Staatliches Bauhaus Ausstellung by Joost Schmidt, 1923

Poster Volley, vol. 1

A conversation between postermongers Michael Buchino and Julia McNamara.

Staatliches Bauhaus Ausstellung by Joost Schmidt, 1923

Michael Buchino

Helluva way to introduce a movement.

Beethoven by Joseph Müller-Brockmann, 1955

Julia McNamara

The circular composition of the Bauhaus announcement made me think of this Müller-Brockmann poster.

I love the geometry and grid used to express Beethoven’s music. The placement of the black areas are not just arbitrary, but have a basis in math and are a response to music. He was also influenced by Bauhaus.

L’Intransigeant by A.M. Cassandre, 1925


Speaking of work that’s governed by geometry…

I have a version of this Cassandre poster burned into my mind that I’m beginning to think is a false memory. But, to your point, I love how you can express emotion with shapes.

Here, news along the wire is directly connected to the crier’s ear. But the rigid geometry is a play on the newspaper’s name, L’Intransigeant, and the motto “Le plus fort” (“The Strongest”). An intransigent is uncompromising. So a geometric approach that matches just makes sense.

Metropolis by Heinz Schulz-Neudamm, 1927


Just a couple years later Schulz-Neudamm is using harsh geometry to an even more dramatic effect for Fritz Lang’s film, Metropolis. I love the sense of mass created by rotating the buildings 45°. The dystopian future lies in those extraordinary angles.

Star Wars by Olly Moss, 2010


That reminds of C3PO, whose head was modeled after rescue masks worn by firefighters around the turn of the century. I wonder if Lang found inspiration there, too.

Olly Moss is a badass — yet he admits he was intimidated to do this series!

Moss, via WIRED:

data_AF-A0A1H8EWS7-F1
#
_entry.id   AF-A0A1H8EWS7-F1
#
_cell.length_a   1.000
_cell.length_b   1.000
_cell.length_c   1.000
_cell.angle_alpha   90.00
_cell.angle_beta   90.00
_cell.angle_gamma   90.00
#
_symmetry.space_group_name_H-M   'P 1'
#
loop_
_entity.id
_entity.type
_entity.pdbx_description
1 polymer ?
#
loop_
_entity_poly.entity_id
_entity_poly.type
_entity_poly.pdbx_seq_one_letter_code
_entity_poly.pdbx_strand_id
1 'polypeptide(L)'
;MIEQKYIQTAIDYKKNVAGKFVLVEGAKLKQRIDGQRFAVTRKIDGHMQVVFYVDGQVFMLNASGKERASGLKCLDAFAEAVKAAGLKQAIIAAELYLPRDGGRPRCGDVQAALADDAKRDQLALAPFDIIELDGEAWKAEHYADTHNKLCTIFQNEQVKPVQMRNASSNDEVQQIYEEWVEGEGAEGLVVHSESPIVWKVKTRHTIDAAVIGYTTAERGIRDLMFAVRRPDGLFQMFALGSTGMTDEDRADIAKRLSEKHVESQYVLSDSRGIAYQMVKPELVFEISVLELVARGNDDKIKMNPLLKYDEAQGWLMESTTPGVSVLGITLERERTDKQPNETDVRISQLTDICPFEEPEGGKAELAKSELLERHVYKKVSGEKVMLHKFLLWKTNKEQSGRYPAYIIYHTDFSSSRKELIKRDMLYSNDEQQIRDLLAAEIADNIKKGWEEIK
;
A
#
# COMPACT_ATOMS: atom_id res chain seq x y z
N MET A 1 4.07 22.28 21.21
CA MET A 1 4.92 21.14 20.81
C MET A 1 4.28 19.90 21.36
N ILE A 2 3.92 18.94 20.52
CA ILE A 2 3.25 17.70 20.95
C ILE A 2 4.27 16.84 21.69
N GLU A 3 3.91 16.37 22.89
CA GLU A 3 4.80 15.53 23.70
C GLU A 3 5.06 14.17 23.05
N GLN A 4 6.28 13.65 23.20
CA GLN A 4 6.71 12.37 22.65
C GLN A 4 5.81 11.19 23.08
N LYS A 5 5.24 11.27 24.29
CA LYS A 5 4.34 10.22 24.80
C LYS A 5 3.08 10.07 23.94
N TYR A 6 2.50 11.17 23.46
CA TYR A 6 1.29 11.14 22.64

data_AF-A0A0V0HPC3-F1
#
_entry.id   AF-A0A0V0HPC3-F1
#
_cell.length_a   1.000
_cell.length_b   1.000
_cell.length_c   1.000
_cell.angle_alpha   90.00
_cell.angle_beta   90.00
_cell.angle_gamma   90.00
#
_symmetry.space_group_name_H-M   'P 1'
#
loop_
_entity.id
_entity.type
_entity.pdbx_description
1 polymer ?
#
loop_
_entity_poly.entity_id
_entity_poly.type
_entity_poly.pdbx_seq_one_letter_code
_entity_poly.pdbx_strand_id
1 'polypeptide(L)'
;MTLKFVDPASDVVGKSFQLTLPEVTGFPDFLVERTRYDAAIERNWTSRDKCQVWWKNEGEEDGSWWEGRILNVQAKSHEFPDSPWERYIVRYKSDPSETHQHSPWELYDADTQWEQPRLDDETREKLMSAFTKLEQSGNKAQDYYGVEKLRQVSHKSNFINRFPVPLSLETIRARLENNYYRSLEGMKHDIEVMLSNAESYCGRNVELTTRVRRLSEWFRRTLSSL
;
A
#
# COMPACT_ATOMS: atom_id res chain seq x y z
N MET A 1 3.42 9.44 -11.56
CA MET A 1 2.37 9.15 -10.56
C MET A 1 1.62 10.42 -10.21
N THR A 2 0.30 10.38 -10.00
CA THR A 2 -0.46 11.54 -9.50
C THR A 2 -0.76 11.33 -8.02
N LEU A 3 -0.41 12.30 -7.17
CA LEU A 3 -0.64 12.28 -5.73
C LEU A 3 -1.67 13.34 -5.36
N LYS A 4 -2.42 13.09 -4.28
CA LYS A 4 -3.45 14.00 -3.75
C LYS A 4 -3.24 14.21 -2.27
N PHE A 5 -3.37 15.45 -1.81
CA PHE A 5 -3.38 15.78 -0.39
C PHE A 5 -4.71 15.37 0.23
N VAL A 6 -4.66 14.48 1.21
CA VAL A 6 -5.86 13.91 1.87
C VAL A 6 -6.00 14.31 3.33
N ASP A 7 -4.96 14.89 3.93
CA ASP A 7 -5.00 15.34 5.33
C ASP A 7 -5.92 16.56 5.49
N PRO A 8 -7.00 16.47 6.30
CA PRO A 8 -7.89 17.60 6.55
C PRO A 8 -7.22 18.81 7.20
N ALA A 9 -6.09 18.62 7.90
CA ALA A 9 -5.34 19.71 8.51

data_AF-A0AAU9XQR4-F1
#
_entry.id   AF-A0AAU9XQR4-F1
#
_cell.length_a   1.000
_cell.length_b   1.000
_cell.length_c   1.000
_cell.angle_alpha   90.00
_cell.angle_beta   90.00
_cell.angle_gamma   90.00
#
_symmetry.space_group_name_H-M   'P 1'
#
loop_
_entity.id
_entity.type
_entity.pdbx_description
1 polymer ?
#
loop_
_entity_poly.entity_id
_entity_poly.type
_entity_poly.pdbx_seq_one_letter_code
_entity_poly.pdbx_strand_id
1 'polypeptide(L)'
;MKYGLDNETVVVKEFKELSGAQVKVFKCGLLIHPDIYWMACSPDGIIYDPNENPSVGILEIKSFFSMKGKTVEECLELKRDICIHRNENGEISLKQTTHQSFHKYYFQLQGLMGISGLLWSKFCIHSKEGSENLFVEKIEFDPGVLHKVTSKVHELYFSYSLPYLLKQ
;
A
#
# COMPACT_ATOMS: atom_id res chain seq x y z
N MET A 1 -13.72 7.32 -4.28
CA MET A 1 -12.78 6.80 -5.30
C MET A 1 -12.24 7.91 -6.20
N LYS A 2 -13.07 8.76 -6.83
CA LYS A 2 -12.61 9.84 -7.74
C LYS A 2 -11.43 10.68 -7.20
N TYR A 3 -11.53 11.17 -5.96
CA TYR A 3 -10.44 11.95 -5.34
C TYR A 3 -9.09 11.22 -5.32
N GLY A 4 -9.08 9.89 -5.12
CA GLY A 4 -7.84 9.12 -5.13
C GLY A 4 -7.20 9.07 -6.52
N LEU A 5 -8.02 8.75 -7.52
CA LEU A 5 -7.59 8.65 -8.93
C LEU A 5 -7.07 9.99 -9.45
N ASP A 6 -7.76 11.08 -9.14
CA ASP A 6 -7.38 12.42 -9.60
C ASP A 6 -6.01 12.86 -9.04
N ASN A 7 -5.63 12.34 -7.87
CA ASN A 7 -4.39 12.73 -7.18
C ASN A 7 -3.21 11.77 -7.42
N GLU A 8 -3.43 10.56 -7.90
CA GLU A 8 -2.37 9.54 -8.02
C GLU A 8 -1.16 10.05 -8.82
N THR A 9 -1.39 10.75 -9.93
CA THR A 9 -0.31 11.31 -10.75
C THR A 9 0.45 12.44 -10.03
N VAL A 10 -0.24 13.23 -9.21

There is such a wealth of great Star Wars art out there already… my main aim was to make a set of Star Wars posters that were a little different from what people are used to seeing from the franchise, but still retained that essential Star Wars feel.

Totally nailed it, like he always does.

Archival Image of Anomalous Event Involving Alleged “Starman” • 14 April 1972 • Courtesy BBC 2 by Grey Jay, 2014


Let’s go back to the circles and the grid. A Portland designer and illustrator, Grey J., made this poster for the Ziggy Stardust gallery I curated. He finds incredible beauty in the grid and combines all sorts of meaningful elements.


Ohhhh — that Grey Jay is a good one. So conceptual. One of those pieces that is visually interesting by itself but then you learn the thought behind it and it’s a total diamond drop.

The tale of its genesis is here on Medium.

Kino Eye by Alexander Rodchenko, 1924


So the BBC 2 story sends me to Rodchenko’s Kino Eye. “All new approaches to art arise from technology and engineering and move toward organization and construction.” I wonder what he’d think of guides and grids in Adobe.

Books by Alexander Rodchenko, 1924


Yeah, Rodchenko! Roots in Constructivism, influencing the Bauhaus. And…we’re full circle.

Kinda digging how L’Intransigeant and Books are both criers, but Cassandre used rays to depict info going in and Rodchenko employs them as the shout.

The works aren’t too far separated by time. Do you think those guys ever Instagrammed with each other about it?


Poster Volley, vol. 2
Poster Volley, vol. 3
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